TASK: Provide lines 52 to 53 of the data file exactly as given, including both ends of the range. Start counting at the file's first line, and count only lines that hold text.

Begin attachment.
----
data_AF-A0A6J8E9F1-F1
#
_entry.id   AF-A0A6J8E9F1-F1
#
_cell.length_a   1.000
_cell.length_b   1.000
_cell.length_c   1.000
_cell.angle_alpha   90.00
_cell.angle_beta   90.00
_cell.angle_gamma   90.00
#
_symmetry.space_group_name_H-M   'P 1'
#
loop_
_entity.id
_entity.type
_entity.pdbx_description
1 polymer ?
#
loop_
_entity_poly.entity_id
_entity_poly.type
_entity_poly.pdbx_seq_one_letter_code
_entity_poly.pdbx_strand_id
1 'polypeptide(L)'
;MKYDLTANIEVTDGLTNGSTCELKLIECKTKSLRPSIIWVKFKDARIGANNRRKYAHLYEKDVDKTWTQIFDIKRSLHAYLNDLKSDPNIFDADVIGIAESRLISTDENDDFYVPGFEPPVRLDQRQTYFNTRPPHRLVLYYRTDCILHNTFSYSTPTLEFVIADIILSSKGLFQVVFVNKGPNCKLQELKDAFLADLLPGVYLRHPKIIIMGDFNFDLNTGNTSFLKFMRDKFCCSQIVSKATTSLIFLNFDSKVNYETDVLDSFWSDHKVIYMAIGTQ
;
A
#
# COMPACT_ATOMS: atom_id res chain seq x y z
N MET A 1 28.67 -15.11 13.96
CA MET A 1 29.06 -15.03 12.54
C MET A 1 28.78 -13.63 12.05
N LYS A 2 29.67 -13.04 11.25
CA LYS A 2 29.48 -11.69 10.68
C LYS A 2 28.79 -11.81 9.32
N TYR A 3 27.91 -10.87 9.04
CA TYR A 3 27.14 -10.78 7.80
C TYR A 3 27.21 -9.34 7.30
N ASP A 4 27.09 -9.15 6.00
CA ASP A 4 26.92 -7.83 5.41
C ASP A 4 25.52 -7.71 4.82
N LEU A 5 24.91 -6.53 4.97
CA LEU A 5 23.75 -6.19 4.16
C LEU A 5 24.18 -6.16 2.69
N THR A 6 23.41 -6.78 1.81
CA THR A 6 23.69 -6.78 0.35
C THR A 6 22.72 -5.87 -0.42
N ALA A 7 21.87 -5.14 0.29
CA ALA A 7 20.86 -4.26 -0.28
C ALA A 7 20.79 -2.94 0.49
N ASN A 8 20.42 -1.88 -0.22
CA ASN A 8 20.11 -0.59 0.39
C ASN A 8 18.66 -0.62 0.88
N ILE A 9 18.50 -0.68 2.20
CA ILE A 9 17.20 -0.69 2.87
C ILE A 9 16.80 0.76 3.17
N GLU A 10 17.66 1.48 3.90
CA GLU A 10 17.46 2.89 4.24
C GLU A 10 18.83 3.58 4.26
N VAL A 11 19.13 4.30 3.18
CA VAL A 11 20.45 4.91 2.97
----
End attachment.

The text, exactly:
N ASN A 8 20.42 -1.88 -0.22
CA ASN A 8 20.11 -0.59 0.39